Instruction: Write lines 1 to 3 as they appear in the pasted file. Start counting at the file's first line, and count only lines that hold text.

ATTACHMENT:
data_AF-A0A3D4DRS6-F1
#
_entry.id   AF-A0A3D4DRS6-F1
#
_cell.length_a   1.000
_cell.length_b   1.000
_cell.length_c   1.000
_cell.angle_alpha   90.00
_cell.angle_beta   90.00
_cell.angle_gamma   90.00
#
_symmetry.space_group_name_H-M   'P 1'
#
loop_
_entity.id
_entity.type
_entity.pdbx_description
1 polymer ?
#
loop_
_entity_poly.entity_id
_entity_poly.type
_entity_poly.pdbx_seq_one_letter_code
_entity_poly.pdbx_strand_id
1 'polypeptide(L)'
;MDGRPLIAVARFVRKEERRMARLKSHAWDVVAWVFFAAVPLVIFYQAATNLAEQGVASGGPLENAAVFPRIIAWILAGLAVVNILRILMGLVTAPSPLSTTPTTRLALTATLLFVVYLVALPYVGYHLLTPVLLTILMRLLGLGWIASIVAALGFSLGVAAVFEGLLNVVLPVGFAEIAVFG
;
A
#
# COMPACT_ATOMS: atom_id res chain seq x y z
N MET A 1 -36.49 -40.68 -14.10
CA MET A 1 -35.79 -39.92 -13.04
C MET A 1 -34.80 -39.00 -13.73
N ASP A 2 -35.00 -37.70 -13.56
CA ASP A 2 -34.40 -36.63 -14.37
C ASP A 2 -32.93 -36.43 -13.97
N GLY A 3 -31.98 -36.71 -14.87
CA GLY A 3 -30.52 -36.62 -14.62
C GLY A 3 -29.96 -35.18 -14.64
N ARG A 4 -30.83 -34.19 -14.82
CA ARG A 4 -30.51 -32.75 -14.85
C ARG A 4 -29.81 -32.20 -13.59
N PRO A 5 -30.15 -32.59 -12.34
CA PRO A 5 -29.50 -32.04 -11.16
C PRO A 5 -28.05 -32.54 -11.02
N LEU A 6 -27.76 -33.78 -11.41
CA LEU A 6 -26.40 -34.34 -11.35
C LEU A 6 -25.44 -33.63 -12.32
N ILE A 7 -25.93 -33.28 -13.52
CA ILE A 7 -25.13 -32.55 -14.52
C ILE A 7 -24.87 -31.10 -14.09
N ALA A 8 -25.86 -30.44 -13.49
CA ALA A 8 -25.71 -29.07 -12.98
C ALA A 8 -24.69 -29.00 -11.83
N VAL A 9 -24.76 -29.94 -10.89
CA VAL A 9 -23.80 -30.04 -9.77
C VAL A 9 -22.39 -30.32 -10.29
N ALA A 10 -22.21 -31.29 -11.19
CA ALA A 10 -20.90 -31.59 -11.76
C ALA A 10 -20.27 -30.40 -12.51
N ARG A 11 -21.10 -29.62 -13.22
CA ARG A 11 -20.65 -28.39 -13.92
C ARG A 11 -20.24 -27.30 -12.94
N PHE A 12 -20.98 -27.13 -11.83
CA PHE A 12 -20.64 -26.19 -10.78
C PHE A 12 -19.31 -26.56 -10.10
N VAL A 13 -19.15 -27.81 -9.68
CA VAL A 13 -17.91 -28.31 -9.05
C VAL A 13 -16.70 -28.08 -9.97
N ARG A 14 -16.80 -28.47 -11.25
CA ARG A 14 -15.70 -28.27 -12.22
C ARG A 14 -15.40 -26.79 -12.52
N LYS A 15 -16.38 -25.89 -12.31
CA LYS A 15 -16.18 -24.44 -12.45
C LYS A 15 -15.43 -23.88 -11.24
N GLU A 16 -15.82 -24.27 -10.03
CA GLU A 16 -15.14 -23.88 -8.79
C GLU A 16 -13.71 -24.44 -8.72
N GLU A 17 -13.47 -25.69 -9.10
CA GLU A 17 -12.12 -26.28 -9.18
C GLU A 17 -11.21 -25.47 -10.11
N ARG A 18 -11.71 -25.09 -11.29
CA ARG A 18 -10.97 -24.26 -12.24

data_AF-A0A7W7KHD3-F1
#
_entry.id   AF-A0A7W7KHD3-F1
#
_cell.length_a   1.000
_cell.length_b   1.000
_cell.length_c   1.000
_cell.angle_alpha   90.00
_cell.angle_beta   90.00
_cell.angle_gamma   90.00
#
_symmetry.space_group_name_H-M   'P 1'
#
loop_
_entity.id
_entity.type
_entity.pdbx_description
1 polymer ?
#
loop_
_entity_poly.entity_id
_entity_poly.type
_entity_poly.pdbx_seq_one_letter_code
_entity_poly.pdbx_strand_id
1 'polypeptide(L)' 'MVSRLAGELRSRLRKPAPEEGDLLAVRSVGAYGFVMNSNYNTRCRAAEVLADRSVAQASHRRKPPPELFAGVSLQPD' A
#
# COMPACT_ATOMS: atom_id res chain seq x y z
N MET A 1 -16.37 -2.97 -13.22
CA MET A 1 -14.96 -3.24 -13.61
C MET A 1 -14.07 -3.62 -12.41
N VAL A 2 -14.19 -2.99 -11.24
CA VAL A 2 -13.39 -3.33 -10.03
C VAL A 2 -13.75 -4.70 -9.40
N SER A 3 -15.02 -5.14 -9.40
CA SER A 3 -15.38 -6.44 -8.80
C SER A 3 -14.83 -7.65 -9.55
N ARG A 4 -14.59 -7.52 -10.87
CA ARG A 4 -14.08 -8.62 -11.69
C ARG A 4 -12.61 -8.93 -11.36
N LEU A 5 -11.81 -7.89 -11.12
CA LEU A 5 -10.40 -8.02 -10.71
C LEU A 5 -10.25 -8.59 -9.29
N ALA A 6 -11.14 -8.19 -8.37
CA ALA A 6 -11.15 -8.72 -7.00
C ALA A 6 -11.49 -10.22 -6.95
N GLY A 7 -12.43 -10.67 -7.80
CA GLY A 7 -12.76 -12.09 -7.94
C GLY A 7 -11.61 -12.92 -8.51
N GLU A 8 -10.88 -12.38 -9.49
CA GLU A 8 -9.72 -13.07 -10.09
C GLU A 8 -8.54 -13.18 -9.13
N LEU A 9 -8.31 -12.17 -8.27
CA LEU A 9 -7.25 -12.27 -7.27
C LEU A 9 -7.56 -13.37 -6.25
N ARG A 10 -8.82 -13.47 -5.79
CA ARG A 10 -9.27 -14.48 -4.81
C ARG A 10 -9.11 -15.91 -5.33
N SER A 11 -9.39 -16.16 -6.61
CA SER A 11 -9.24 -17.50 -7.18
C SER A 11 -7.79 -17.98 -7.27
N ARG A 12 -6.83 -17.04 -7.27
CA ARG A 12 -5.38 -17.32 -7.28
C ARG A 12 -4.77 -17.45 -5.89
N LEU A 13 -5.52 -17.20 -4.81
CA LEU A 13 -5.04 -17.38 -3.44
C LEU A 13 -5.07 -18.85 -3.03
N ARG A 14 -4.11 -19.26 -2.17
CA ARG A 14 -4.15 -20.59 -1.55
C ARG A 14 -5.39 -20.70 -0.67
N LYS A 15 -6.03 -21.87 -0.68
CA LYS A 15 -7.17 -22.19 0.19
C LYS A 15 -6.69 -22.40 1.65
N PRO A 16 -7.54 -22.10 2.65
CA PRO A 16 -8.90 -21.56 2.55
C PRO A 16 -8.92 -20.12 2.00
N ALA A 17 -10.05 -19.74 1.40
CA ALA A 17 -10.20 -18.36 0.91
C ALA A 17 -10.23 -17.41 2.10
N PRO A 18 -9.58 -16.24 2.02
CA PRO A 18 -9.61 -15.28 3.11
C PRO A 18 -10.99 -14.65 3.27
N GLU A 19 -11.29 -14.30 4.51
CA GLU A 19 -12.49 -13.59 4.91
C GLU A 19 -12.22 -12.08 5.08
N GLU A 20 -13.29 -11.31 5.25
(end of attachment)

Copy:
data_AF-A0A3D4DRS6-F1
#
_entry.id   AF-A0A3D4DRS6-F1